The unexpected Egyptian Garage in City Heights.

The Egyptian Garage building in City Heights is a fascinating example of Egyptian Revival architecture.

This building with a rather unexpected appearance is located at University Avenue and Euclid Avenue. It’s adjacent to two other unique, historical buildings–directly west of the prominent Euclid Tower, and south across the street from the Silverado Ballroom (both of which you can see in a few of the following photographs).

To learn about the history of the Egyptian Garage, I’ve had to sort out conflicting dates from several web pages. Apparently the building was constructed in 1923, at the end of the old East San Diego trolley line. It was one of three Egyptian Revival streetcar electrical substations that were built. It was sold only two years after beginning operation.

After a remodel in 1925 by David H. Ryan, the building served from 1926 to 1932 as the Egyptian Garage, complete with gas pumps in front. An addition was made on the south side in 1927. Since 1957 it has been the home of Big City Liquor.

Today you can see pharaoh heads atop pilasters on a couple sides of the building, horizontal vulture wings containing cobras and suns up by the rooftop, and an obelisk-like projection on the garage’s south end with a hieroglyphic design featuring ibis-headed Egyptian moon god Thoth.

To learn much more, you can read a detailed article about the Egyptian Garage building’s history and the phenomenon of Egyptian Revival architecture in the 1920’s here.

A few other examples of the Egyptian Revival architectural style can be found in San Diego, most notably in Hillcrest. Years ago I took some fun photos in Hillcrest’s Egyptian Quarter and posted them here.

This blog now features thousands of photos around San Diego! Are you curious? There’s lots of cool stuff to check out!

Here’s the Cool San Diego Sights main page, where you can read the most current blog posts.  If you’re using a phone or small mobile device, click those three parallel lines up at the top–that opens up my website’s sidebar, where you’ll see the most popular posts, a search box, and more!

To enjoy future posts, you can also “like” Cool San Diego Sights on Facebook or follow me on Twitter.

An octagonal Chinese-Mexican building in La Mesa.

One of the most distinctive buildings in La Mesa can be found in MacArthur Park. The designated historic landmark, located at 4910 Memorial Drive, is called Porter Hall.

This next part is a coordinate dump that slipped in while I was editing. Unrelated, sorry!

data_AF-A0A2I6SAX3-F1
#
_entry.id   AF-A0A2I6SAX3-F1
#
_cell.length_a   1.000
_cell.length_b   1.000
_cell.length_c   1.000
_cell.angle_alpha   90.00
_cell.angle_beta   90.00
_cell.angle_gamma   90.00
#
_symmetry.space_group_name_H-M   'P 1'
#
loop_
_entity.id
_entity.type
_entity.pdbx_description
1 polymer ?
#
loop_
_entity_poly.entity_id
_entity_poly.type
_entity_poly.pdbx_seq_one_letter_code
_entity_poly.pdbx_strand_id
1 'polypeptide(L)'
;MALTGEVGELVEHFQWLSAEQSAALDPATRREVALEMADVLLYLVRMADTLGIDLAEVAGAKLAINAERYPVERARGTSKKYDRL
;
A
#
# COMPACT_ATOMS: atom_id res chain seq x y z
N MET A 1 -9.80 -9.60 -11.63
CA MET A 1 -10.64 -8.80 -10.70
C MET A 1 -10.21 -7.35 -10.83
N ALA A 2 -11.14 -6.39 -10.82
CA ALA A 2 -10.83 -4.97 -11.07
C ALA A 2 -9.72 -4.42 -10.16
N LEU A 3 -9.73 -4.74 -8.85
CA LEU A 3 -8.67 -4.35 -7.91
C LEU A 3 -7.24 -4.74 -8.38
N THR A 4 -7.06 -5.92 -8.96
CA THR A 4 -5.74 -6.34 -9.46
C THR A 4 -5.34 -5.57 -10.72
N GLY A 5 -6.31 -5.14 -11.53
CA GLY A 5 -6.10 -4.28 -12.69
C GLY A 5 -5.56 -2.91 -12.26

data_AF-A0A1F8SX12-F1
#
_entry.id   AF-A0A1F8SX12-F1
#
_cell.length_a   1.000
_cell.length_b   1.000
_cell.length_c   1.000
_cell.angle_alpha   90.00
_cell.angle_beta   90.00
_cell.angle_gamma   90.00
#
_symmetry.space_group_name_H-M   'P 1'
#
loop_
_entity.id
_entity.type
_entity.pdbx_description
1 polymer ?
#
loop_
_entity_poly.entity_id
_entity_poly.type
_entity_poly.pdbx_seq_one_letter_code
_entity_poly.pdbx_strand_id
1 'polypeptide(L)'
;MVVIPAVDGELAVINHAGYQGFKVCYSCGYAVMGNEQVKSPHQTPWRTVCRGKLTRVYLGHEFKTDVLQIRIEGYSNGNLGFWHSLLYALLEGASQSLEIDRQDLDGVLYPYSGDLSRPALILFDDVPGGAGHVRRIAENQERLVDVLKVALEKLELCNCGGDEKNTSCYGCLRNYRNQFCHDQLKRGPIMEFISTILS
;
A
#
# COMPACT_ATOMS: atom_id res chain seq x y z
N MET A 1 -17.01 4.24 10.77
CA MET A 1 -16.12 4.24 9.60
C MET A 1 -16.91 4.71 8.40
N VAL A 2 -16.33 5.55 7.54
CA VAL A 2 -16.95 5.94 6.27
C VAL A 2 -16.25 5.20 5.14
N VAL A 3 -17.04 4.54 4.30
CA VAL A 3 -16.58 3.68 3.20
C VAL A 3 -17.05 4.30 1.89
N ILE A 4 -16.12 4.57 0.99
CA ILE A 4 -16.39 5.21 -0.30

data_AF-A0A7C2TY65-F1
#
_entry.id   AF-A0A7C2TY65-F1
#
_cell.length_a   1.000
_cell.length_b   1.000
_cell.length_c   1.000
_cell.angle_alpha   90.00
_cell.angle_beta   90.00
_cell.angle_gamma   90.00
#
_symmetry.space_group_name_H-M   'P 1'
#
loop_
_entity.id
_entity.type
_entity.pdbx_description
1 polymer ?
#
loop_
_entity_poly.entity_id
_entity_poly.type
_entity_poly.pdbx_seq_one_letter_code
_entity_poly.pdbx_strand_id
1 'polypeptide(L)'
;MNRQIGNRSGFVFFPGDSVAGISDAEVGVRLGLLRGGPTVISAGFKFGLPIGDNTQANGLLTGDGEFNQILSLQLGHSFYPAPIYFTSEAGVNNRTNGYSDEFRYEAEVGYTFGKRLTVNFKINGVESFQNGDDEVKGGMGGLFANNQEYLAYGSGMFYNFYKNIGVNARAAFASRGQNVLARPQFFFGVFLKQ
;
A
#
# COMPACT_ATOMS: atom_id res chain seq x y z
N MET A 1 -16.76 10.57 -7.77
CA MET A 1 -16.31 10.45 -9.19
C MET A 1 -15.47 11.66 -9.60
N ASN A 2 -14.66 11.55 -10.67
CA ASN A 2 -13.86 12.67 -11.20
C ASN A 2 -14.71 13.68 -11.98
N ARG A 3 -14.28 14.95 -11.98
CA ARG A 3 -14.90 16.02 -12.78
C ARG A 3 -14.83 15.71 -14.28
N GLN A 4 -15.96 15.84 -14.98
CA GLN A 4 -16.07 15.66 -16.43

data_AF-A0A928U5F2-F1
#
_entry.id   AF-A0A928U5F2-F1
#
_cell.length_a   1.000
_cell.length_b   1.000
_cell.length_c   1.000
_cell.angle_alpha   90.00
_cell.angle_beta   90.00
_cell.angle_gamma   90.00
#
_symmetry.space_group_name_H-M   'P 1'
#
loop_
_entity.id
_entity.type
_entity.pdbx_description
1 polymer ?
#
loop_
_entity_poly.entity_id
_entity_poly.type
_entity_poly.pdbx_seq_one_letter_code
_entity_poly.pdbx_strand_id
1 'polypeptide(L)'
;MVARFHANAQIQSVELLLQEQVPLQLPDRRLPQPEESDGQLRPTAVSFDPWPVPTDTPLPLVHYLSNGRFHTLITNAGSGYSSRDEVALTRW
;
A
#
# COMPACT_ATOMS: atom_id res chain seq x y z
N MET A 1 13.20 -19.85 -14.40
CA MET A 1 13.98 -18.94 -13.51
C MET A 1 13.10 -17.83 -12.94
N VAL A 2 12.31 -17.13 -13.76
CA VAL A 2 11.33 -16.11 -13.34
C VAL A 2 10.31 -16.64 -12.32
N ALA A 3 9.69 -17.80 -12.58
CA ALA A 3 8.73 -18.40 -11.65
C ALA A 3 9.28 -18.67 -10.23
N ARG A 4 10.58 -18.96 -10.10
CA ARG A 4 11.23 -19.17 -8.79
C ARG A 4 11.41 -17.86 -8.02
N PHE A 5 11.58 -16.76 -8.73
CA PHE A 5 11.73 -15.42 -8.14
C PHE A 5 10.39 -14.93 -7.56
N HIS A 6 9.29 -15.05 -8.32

This small octagonal building, built by the Porter family in the late 1920’s, has an unusual tile roof that appears a little Chinese and a little Mexican. The roof’s exotic contours are explained by the fact that Henry and Elizabeth Chapin Porter had previously lived in China.

From 1932 to 1957 Porter Hall served as a San Diego County library.

Prior to 1974 the original octagonal structure stood on the other side of University Avenue. It was moved when the street was widened. Today the enlarged building is home of the Foothills Art Association.

When I walked past Porter Hall a couple weekends ago, I took these photographs. Some artwork could be seen from the sidewalk, including a beautiful mosaic bench with a colorful parrot. A plaque dedicates the bench to Katherine Faulconer.

You can learn more about La Mesa’s influential Porter family by reading page 5 of an old La Mesa Historical Society publication here.

I live in downtown San Diego and love to walk around with my camera! You can follow Cool San Diego Sights via Facebook or Twitter!

You can easily explore Cool San Diego Sights by using the search box on my blog’s sidebar. Or click a tag! There are thousands upon thousands of photos for you to enjoy!

Unusual traffic signal box memorial in Balboa Park.

You rarely find a traffic signal box with a special dedication plaque. There’s one such box in San Diego, and it’s located in Balboa Park at the corner of Park Boulevard and Presidents Way.

This traffic signal box memorializes Walter J. Sarnaw. The plaque reads:

THIS TRAFFIC SIGNAL SYSTEM
IS DEDICATED TO THE MEMORY OF
WALTER J. SARNAW
IN APPRECIATION FOR HIS
DEDICATED SERVICE TO THE
SAFETY OF THE CITIZENS OF
SAN DIEGO

I can find no biography of Walter J. Sarnaw online, apart from some basic information on this Find a Grave page. It indicates Walter Julian Sarnaw was born in 1916 in Illinois, attended San Diego State College, was a member of the campus Engineer’s Association, served in the Army at the end of World War II, and died in 1973 in San Diego.

And we know for certain that he was dedicated to the safety of the San Diego community. Which made him an important contributor to the life and history of our city.

If you know more about Walter J. Sarnaw, please leave a comment!

I live in downtown San Diego and love to walk around with my camera! You can follow Cool San Diego Sights via Facebook or Twitter!